On the Need for Quality Description
by William Alan Rieser
You may not have given it much thought, but you’ve all seen detective dramas on television wherein an eyewitness to an event is asked to describe what they’ve seen. More often than not, the response is bland and inconclusive unless the witness has had a person or a scenario unshakably etched into his/her mind for a memorable reason. Even so, a strong opposing attorney in court can manipulate a weak description to create severe doubt in the jury’s thoughts by making the testimony seem uncertain. This is precisely the wall to be climbed by the writer in describing objects and people to his readers. Fail to be convincing and even the most desultory scanner of your story can lose interest or misinterpret your intentions. This is death to writers who seek recognition and wish to be remembered or quoted.
There was a tree in the field. Wonderful. Now what are you going to do with it? You’ve got five senses to play with, the very same inspiration that gives us empirical science. How can they be applied? First of all, ask yourself the five basic questions.
1. What does the tree look like? Does it have a thick or slim trunk, lot of branches and do they bear leaves or fruit? What colors does the tree show and does it cast a unique shadow? How is the sun perceived through its labyrinth? Are their animals and insects in the tree or people walking nearby? Is it beautiful or ugly, slender or twisted in rolling knots, pristine or hacked, standing tall or bent over with age? Is it forlorn or majestic?
2. How does the tree feel? Is the bark rough like an oak, filled with fissures and hard against your fingers? Does it have a smooth skin like the white birch or slippery elm and does sap run along its length? Do falling leaves caress you when you stand beneath it or does it shelter you from the rain? Do the leaves feel tender, young and full of refreshed life or are they old, wrinkled and prepared to nurture the earth? Is it warm or did you appreciate the campfire of its dead branches? Does snow and ice weigh the branches down with temporary sculpture?
3. What smells come from this tree? Can you perceive the scent of pine or differentiate it from mint? Is there a nutty flavor in the air or the odor of dropped fruit on the ground? Is there a maple sugariness about it, wavering in your nostrils? Does green descend upon you to deliver the verdancy of the leaves when the wind rushes through them? Can you sense the inner pith, the wine of the bark or the lime freshness of the spots where the skin has been stripped off?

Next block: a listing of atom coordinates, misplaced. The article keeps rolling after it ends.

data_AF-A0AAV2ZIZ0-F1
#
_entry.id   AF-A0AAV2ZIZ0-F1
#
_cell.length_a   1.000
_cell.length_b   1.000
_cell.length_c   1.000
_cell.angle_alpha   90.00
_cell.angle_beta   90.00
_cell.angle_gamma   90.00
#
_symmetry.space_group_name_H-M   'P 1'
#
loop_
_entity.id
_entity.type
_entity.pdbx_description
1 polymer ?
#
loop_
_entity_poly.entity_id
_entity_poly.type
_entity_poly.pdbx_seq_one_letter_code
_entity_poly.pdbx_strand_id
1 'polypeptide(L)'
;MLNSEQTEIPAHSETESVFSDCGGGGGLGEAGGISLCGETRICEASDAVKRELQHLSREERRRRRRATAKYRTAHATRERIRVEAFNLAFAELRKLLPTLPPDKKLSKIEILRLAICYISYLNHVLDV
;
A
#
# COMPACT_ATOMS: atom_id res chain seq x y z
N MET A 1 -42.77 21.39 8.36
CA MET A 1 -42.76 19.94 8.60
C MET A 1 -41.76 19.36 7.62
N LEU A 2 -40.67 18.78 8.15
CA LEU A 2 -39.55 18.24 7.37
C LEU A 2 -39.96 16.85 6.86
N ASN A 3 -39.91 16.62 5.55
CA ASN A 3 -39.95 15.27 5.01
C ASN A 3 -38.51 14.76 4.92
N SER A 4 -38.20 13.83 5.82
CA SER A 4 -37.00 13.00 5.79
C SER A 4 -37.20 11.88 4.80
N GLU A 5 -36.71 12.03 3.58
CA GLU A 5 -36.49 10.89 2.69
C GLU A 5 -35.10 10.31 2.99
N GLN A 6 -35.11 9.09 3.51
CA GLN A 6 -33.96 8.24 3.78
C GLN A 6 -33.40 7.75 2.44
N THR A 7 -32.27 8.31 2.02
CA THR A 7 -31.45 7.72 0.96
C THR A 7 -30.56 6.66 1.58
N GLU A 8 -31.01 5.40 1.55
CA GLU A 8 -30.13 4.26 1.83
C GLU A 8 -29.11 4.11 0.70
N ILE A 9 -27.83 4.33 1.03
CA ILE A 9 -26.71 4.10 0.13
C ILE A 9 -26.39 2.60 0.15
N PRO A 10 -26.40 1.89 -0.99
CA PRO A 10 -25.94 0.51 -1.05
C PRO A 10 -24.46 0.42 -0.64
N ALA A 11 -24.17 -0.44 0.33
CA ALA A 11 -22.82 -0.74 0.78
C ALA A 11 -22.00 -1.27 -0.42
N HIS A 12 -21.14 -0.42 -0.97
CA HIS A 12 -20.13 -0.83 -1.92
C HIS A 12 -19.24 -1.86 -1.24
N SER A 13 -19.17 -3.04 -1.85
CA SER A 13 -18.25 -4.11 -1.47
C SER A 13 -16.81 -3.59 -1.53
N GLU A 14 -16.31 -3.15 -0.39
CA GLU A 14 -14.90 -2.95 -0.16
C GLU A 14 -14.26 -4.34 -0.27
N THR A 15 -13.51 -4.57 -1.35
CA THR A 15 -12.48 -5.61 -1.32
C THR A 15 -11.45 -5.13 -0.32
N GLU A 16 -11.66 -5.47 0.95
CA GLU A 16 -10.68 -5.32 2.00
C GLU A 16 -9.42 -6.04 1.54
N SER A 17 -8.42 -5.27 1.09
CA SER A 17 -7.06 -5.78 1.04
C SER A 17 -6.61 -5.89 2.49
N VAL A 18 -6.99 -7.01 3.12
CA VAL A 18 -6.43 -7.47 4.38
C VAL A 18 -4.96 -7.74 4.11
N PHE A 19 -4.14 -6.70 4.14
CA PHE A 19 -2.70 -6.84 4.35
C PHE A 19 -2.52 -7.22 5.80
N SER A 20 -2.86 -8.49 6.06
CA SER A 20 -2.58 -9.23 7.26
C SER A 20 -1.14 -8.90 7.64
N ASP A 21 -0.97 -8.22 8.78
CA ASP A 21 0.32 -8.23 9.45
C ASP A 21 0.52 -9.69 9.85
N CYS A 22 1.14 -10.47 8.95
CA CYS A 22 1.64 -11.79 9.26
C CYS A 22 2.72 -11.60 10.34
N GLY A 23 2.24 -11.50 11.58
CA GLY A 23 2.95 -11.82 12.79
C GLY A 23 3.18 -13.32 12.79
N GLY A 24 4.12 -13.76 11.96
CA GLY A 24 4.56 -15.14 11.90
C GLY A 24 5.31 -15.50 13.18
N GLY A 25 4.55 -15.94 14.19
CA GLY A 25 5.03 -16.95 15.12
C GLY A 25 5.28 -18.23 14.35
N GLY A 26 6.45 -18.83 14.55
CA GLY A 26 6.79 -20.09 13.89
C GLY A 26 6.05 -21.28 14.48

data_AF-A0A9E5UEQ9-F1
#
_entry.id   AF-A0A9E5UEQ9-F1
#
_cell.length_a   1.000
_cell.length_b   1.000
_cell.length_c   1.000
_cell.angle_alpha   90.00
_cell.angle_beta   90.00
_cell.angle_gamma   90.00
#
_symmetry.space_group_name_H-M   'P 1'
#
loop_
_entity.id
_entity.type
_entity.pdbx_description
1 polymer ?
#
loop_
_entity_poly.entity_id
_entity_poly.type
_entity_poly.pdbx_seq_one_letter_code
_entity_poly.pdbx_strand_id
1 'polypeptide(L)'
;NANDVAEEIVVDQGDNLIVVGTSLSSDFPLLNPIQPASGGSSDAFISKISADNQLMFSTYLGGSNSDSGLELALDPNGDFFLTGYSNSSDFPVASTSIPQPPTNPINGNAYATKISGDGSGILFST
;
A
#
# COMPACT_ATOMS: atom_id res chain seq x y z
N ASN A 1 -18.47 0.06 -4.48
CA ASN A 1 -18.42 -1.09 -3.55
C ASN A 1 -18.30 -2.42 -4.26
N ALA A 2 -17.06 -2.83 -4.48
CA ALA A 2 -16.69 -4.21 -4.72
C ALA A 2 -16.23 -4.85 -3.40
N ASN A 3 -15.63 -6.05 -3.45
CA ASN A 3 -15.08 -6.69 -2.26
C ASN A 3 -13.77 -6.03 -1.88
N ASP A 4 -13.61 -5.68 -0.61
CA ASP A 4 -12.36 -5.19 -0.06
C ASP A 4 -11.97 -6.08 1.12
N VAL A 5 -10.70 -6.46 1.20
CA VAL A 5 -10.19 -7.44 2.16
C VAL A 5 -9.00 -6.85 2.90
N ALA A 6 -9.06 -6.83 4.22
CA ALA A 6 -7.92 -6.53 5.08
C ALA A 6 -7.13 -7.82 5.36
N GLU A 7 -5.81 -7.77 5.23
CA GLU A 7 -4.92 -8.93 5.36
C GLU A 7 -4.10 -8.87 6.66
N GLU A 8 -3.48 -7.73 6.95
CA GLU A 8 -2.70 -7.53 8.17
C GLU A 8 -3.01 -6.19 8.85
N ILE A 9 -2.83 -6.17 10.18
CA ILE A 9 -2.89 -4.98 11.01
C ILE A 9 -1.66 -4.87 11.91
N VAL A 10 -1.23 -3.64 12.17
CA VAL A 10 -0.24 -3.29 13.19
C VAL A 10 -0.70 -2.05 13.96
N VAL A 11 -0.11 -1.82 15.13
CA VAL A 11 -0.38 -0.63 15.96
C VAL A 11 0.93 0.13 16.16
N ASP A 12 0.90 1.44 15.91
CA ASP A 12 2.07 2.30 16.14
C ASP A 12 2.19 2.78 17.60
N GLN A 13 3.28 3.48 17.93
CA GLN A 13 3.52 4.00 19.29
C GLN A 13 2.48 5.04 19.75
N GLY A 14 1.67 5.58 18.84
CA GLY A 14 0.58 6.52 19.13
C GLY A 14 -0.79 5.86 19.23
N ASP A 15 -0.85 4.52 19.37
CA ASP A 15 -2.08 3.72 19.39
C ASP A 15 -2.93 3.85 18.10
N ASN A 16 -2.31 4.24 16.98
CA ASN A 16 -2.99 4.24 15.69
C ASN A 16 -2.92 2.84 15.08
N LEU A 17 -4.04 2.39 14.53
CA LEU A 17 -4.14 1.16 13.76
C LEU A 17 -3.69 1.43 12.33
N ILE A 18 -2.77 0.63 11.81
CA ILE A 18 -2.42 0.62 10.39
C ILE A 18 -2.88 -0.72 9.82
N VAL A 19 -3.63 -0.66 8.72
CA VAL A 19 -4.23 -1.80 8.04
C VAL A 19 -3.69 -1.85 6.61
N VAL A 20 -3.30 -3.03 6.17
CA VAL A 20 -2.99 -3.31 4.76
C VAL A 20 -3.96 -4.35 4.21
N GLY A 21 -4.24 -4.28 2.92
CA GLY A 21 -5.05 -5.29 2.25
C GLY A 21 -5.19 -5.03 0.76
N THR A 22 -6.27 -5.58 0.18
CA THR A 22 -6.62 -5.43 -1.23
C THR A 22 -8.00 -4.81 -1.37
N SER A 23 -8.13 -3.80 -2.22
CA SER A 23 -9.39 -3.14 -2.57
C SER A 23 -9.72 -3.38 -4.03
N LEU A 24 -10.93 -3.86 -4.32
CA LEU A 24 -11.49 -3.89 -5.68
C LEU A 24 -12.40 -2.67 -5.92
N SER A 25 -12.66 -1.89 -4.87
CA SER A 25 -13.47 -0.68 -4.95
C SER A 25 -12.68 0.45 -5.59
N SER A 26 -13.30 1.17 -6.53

4. How does it taste? Did you boil some of the leaves for tea or crush the bark into a healing broth? Have you sipped the dew of the morning or sucked the honey from a bee’s nest? Did you roast a marshmallow within its shadow or savor coffee? Did you eat of its fruit and rejoice in that succulence? Was it so old that it crackled in the campfire with a charcoal residue or did its newness cause a lingering, complaining smoke that choked you?
5. What did the tree say? Was there a message in the leaves as they swayed with the wind? Did it snap at you in whipping gusts of anger? Did the trunk groan during the storm or split shrieking amidst the lightning strike? Did you notice the gentle poem of the summer breeze as it graced by the limbs? Was there a nearby stream to sing a lullaby as the roots drank quietly? Did the tree respond in chorus to the rain or stand mute under the sun or were there nightingales there to carry the melody?
Are we finished? Hardly. Did it scare you on a stormy Halloween night? Did its winter branches whip against your window like some savage taskmaster? Were you comforted by its presence, seeing it again after a long journey? Is your cat hiding mischievously within its arms or is the neighborhood squirrel storing nuts for the winter inside a knothole? Have the blue jays raised a family or is the mockingbird happy to greet the sun this morning?
Then again, the statement used past tense. What happened to it? Did it get cut down because somebody wanted to plow in that spot? Did it interfere with a new construction or was it blocking the view of something behind it? Was it hit by a vehicle and damaged beyond recovery? Was someone hanged on its limbs or did a child climb up and make a tree house in it, only to fall down and break an arm? Did lovers carve their initials into it in the past, only to find naught but a stump when they revisited in old age? Did it suffer horribly from predatory insects, a debilitating disease of has it triumphed against all adversity?
The possibilities are limited only by your imagination. Consider the fact that we have yet to consider the tree’s environment, the field or the psychology or psychoses of flora in general. As you should be able to sense, details like that are telling. They make a difference and will glorify your narratives with items that make your creations breathe with life and reality. They may seem like small things, but they build character into scenes that would otherwise be lacking. Once you’ve managed to improve your technique by assigning traits to objects, you can then focus on the much more formidable task of qualifying people and the complex baggage that always accompanies us on our sojourns.
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